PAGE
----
I hope that analogy makes more sense and allows you to understand the relationship that these glands have in your body.
Stress Can Come In Many Forms
Unfortunately, to date, there has been almost no research done on how fasting affects females, however from what scientists do know about males and females, is that a calorie deficit or negative energy balance may be to blame for this hormonal effect I have been talking about above. This can come about from having too little food, exercising too much, high levels of stress in your life, poor nutrition, not enough sleep as well as illness and infection. Any combination of these can cause the stop to ovulation and so you need to pay close attention to what is going on in your life and how your body is reacting. You know your body better than anyone else and so you need to listen to what it may be trying to tell you.
If you are in the middle of training for a marathon and get the flu and miss a period, maybe you should look to reducing your training for a week or two.
Maybe you have been working late every night for the past 3 months to get a presentation done for a big talk you have to give.
Maybe you just started intermittent fasting.
Whatever it is, pay close attention to what is going on in your life as any number of possibilities could arise and cause your body to shut down.
While our bodies are truly amazing, one thing they lack is the ability to distinguish the difference between an actual threat to our life or us just stressing about a presentation.
So, is Fasting For You?
There are some parts of the female population that I would say should never try fasting. If you are pregnant, are chronically stressed or have had issues with an eating disorder in the past I would strongly suggest you do not start a fasting program. If you are pregnant, have the baby first and with the last two I would deal with these issues first before starting a fasting program.
For all other female populations, fasting protocols varying greatly and some are much more extreme than others. Some will ask you to fast for days on end while others will have you skipping breakfast. Your age, nutritional status, levels of stress in your life, how much exercise you do and type of fast can all be relevant factors when looking to include Intermittent Fasting into your lifestyle. I always say with every female, and male for that matter, who come to me to enquire about my program that you should take a conservative approach in the beginning. My program will have all participants slowly push their first meal out longer and longer over the course of a few weeks to adjust to the change. In this time, I would make sure you are paying close attention to how your body is reacting and should you experience any change in your menstrual cycle, have problems with sleep, take longer to recover from exercise or anything else that seems out of place you should stop immediately and consult your doctor for further tests.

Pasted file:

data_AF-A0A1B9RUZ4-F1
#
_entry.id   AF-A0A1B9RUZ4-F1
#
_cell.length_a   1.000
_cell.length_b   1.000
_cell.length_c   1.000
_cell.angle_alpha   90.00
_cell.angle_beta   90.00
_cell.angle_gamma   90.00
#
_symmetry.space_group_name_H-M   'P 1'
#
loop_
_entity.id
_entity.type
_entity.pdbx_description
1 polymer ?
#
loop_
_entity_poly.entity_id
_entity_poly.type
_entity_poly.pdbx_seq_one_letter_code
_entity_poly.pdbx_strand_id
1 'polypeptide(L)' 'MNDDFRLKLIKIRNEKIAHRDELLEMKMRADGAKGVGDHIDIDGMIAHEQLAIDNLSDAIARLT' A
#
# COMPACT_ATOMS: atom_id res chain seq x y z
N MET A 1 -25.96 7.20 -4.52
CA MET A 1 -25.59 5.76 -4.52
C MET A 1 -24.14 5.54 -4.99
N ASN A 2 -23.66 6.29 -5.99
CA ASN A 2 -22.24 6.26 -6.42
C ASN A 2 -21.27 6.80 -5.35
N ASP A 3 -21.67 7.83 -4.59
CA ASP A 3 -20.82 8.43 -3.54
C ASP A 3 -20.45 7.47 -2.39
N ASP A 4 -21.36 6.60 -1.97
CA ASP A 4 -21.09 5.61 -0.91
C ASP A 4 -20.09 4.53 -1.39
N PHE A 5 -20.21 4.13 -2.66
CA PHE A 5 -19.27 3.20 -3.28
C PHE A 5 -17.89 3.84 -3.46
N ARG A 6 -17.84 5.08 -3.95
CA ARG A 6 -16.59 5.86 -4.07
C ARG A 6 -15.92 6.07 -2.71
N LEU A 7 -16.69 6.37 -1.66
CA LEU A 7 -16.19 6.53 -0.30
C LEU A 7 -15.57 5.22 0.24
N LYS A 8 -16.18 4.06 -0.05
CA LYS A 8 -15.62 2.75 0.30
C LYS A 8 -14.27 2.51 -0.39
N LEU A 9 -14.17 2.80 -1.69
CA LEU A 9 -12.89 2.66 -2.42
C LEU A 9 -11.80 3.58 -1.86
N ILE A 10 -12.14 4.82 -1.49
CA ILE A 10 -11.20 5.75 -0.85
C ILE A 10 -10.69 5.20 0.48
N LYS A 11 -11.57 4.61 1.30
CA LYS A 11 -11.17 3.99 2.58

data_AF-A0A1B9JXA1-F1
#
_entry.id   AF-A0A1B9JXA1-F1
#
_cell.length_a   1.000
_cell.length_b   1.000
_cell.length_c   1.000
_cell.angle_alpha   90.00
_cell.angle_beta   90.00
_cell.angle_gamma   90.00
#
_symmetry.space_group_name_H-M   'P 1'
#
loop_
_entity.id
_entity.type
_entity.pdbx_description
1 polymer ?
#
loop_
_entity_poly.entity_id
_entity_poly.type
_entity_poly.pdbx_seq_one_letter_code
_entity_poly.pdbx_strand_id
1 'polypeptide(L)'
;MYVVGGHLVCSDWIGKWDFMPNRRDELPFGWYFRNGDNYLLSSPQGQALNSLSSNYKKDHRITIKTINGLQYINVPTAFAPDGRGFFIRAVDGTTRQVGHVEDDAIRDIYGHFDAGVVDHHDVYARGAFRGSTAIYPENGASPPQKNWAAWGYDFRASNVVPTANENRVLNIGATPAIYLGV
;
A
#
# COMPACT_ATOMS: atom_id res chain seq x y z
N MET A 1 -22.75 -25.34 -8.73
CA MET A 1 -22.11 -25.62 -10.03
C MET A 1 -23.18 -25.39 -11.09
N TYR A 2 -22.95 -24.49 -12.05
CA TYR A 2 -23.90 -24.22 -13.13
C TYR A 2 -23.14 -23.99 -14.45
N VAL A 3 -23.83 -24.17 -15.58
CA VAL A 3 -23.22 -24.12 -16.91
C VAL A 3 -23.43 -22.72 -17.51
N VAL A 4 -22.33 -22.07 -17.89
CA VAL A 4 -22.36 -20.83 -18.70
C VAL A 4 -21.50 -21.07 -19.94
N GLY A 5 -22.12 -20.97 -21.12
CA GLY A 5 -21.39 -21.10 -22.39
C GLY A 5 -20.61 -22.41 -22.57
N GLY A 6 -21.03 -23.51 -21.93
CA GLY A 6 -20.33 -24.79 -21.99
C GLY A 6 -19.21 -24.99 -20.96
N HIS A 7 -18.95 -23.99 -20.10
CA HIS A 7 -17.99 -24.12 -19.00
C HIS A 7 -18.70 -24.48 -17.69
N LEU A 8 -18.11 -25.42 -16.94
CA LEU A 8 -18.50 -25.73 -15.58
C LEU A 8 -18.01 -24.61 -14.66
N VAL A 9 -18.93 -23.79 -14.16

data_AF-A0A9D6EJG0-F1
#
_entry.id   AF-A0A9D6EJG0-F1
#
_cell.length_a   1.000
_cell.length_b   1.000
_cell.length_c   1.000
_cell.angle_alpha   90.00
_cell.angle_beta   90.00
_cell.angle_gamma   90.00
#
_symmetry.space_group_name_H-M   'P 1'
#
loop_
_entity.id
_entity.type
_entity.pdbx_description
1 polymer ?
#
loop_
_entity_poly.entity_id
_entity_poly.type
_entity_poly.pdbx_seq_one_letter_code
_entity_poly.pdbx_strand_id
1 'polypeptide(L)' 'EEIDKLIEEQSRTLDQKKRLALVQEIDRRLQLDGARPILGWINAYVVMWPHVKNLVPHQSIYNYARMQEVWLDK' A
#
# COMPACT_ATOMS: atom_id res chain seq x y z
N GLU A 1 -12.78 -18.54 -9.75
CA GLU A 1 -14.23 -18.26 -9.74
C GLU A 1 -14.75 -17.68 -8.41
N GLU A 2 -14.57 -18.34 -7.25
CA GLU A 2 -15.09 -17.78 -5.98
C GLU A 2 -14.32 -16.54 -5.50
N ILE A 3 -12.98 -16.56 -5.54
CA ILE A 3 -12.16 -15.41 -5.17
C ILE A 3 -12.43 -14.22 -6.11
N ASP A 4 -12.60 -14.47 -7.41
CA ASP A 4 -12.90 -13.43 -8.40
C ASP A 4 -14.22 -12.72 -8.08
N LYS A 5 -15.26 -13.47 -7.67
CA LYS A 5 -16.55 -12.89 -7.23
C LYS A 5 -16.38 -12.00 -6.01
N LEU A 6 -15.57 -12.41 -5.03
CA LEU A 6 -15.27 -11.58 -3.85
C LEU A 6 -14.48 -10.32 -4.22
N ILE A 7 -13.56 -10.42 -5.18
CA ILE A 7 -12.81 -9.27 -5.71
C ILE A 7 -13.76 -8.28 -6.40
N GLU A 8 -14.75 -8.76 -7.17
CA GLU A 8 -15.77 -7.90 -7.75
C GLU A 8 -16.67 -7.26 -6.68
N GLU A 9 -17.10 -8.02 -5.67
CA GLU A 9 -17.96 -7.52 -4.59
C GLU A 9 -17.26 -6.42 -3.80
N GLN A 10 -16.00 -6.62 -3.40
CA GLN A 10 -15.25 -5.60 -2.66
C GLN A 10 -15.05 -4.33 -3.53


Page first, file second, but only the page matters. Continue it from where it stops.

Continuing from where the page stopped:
At the end of the day fasting can be an amazing tool to help you on your weight loss and health journey. I have seen countless woman come across my program who have had amazing success with fasting, all while reporting no issues with any of what I have listed above. We are all very different and in turn should all be treated individually when it comes to any kind of nutritional plan or lifestyle change. Just remember to take it slow as this journey should never be looked at as a sprint, it’s a marathon!
Eat plenty of nutritious fruits, vegetables and protein, exercise regularly and get plenty of rest and see if a fasting life is the missing link you have been looking for to help you on your journey.
I hope this article helped any questions you may have had. If you do have any questions or comments please leave them below as I would be more than happy to answer them for you.